New Lung Cancer Trial Opened in New Mexico

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Feb 12, 2016 11:00 AM EST

BALTIMORE - AUGUST 15: In this photo illustration, leading chemotherapy treatments for lung cancer patients are displayed at the Kimmel Comprehensive Cancer Center at Johns Hopkins hospital August 15, 2005 in Baltimore, Maryland. Since its inception in 1973, the Sidney Kimmel Comprehensive Cancer Center at Johns Hopkins has been dedicated to better understanding human cancers and finding more effective treatments. (Photo : Illustration by Win McNamee/Getty Images)

Here's good news for lung cancer patients in New Mexico, a clinical trial has just been opened in your area.

Ruidoso News reported that there are 1,000 people in New Mexico who are struggling with lung cancer. These patients will soon find a relief because the first of more than 10 new lung cancer clinical trials has already opened in their area.

The clinical trial is under the direction of Yanis Boumber, MD, PhD., a lung cancer expert and physician-scientist at the University of New Mexico Comprehensive Cancer Center.

According to Lung Cancer, clinical trials help doctors determine whether new treatments are safe and effective, or better than the existing ones. In most cases, the treatment provided in clinical trials has shown a promising improvement compared to the standard treatment.

This process is important because it helps doctors understand which treatment or combinations of treatments work best. In lung cancer, clinical trials help doctors discover targeted treatments. If the new treatment being tested proves to be effective, it may become a new standard of care.

Per Ruidoso News, the phase 3 clinical trial called "Neptune" opened last Jan. 28. This trial compares a combination of two immune drugs with standard chemotherapy. This is the first clinical trials to test immune drugs as a first line treatment for lung cancer.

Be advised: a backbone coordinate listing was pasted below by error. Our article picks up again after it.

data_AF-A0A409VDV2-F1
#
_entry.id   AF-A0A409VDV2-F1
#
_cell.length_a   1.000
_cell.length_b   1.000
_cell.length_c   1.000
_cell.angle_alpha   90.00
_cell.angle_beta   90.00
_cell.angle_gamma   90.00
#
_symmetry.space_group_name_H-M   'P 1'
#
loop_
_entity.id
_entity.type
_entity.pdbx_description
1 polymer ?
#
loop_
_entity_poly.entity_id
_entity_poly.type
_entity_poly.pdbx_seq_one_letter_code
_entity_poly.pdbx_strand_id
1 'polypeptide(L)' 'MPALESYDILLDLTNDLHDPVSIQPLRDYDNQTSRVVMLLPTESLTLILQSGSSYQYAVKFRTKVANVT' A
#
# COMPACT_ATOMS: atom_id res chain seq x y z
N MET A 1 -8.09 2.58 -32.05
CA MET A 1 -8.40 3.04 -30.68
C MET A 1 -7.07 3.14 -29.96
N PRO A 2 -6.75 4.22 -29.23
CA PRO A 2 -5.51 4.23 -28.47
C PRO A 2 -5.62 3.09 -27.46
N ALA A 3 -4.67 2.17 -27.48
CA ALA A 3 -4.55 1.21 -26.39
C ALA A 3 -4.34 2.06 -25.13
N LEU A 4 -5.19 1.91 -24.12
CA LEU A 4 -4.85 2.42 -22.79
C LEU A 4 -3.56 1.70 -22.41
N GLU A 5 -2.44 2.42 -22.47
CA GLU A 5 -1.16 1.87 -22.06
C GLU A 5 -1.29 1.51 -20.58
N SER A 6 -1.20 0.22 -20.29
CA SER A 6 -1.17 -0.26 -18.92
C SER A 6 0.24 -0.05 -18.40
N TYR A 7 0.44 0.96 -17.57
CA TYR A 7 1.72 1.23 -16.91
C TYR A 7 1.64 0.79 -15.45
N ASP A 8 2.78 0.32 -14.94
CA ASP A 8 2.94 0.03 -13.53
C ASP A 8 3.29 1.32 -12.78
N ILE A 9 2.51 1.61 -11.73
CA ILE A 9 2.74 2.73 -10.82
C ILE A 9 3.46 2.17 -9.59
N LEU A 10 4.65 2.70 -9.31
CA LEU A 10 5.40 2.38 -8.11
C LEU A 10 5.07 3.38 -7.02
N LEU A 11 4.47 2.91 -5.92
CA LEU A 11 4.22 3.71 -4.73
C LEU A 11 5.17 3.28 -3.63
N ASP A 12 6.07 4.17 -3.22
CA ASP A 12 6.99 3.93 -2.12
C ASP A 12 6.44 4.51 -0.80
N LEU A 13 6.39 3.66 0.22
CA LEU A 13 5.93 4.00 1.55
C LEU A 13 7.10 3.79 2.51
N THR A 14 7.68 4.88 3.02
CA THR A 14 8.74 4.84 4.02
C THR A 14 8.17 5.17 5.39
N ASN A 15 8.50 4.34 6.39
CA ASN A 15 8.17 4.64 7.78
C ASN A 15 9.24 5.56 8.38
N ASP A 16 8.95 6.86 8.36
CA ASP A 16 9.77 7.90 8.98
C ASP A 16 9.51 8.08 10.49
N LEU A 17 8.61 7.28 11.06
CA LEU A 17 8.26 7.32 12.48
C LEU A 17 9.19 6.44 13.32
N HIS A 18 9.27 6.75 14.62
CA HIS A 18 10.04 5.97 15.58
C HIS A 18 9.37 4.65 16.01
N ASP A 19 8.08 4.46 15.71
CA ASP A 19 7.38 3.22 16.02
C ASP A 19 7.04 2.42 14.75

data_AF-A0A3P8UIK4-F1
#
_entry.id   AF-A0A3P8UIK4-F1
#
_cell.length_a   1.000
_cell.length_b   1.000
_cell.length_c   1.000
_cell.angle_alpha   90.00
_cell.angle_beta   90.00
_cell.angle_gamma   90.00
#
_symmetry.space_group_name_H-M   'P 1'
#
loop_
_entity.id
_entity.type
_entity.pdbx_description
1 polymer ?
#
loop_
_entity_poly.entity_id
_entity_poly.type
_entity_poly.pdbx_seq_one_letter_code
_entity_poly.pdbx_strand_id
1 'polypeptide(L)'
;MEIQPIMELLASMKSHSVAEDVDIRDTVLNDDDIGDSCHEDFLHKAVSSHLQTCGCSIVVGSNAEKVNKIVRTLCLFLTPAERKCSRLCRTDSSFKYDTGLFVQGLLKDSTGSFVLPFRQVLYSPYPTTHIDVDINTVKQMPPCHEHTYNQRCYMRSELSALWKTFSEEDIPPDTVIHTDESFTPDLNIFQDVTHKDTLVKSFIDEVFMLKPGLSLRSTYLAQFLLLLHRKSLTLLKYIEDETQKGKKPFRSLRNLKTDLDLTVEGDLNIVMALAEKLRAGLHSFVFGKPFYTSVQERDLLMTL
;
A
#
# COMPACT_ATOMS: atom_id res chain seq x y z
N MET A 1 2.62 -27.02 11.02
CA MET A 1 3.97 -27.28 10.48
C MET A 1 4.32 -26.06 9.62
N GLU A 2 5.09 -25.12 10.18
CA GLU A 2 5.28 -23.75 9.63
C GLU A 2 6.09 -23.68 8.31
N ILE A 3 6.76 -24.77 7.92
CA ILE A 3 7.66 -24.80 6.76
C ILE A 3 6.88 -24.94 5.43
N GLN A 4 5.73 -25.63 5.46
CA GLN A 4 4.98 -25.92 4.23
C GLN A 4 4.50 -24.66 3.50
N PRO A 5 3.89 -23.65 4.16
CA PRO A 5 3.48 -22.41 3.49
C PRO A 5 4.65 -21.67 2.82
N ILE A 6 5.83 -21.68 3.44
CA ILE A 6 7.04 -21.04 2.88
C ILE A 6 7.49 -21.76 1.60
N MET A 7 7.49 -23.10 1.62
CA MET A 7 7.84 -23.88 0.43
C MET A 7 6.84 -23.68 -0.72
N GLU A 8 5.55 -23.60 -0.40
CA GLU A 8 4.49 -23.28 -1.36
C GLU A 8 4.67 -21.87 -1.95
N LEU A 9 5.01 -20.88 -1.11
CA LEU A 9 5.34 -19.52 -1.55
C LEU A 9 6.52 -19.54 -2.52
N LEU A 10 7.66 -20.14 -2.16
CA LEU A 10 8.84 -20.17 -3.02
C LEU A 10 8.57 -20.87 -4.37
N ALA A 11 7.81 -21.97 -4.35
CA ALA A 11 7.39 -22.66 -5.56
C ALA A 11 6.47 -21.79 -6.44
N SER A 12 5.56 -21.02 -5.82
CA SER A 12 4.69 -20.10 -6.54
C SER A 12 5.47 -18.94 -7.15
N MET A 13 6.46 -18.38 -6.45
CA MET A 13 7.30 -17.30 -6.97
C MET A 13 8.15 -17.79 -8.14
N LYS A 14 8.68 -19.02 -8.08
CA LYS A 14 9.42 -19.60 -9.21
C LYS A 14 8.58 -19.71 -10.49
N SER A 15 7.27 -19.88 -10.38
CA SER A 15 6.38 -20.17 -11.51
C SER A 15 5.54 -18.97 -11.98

The data from the first two phases revealed that the immunotherapy combination showed promising results. Almost half of lung cancer patients responded to the drug combination. Those who have side effects were able to manage it.

The Neptune clinical trial divides the people into two groups. One group receives the standard care: chemotherapy using a platinum drug and another drug. While the other group, received a new class of drugs called immunotherapy that harnesses one's immune system. This drug is more selective in killing cancer cells and leave normal cells alone. In the previous studies, this treatment is only applied when chemotherapy failed.

The good thing about immunotherapy is it does not kill the immune cells, unlike chemotherapy. Thus, the immune cells are free to find and kill the cancer cells.

AstraZeneca produces the two drugs used in the Neptune clinical trial, which are durvalumab and tremelimumab. They sponsor the trial.

"The advantage of a [clinical] trial is it gives you an opportunity to get additional therapy that you cannot get with the standard of care treatments," Boumber said. "And these drugs have been tested for the last five years. They're safe and very technologically advanced."

The study is still recruiting more patients. For those interested in the clinical trial, check the details here.

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